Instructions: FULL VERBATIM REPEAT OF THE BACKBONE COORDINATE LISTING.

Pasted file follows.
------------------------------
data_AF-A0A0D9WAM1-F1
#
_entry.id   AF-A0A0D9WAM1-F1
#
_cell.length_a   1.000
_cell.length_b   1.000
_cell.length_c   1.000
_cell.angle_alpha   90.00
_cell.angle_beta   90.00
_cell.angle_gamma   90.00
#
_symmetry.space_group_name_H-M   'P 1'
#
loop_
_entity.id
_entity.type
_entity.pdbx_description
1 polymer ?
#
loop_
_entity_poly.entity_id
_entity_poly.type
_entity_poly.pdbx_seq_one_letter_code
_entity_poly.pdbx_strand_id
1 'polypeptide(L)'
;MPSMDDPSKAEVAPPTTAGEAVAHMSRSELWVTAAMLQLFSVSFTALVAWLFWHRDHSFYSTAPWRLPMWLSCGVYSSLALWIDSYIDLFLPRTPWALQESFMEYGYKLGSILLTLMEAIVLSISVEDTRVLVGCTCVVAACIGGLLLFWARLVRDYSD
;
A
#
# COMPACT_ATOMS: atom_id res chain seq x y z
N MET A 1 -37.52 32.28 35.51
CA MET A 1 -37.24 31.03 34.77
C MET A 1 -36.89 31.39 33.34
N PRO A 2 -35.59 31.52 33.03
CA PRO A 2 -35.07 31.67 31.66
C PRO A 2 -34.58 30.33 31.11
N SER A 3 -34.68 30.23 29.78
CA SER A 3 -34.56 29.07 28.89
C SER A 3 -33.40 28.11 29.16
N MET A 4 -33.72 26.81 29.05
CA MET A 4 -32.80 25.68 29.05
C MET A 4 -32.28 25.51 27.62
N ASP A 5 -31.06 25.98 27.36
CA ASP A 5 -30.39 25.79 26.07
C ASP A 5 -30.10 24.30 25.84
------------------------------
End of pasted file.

data_AF-A0A0D9WAM1-F1
#
_entry.id   AF-A0A0D9WAM1-F1
#
_cell.length_a   1.000
_cell.length_b   1.000
_cell.length_c   1.000
_cell.angle_alpha   90.00
_cell.angle_beta   90.00
_cell.angle_gamma   90.00
#
_symmetry.space_group_name_H-M   'P 1'
#
loop_
_entity.id
_entity.type
_entity.pdbx_description
1 polymer ?
#
loop_
_entity_poly.entity_id
_entity_poly.type
_entity_poly.pdbx_seq_one_letter_code
_entity_poly.pdbx_strand_id
1 'polypeptide(L)'
;MPSMDDPSKAEVAPPTTAGEAVAHMSRSELWVTAAMLQLFSVSFTALVAWLFWHRDHSFYSTAPWRLPMWLSCGVYSSLALWIDSYIDLFLPRTPWALQESFMEYGYKLGSILLTLMEAIVLSISVEDTRVLVGCTCVVAACIGGLLLFWARLVRDYSD
;
A
#
# COMPACT_ATOMS: atom_id res chain seq x y z
N MET A 1 -37.52 32.28 35.51
CA MET A 1 -37.24 31.03 34.77
C MET A 1 -36.89 31.39 33.34
N PRO A 2 -35.59 31.52 33.03
CA PRO A 2 -35.07 31.67 31.66
C PRO A 2 -34.58 30.33 31.11
N SER A 3 -34.68 30.23 29.78
CA SER A 3 -34.56 29.07 28.89
C SER A 3 -33.40 28.11 29.16
N MET A 4 -33.72 26.81 29.05
CA MET A 4 -32.80 25.68 29.05
C MET A 4 -32.28 25.51 27.62
N ASP A 5 -31.06 25.98 27.36
CA ASP A 5 -30.39 25.79 26.07
C ASP A 5 -30.10 24.30 25.84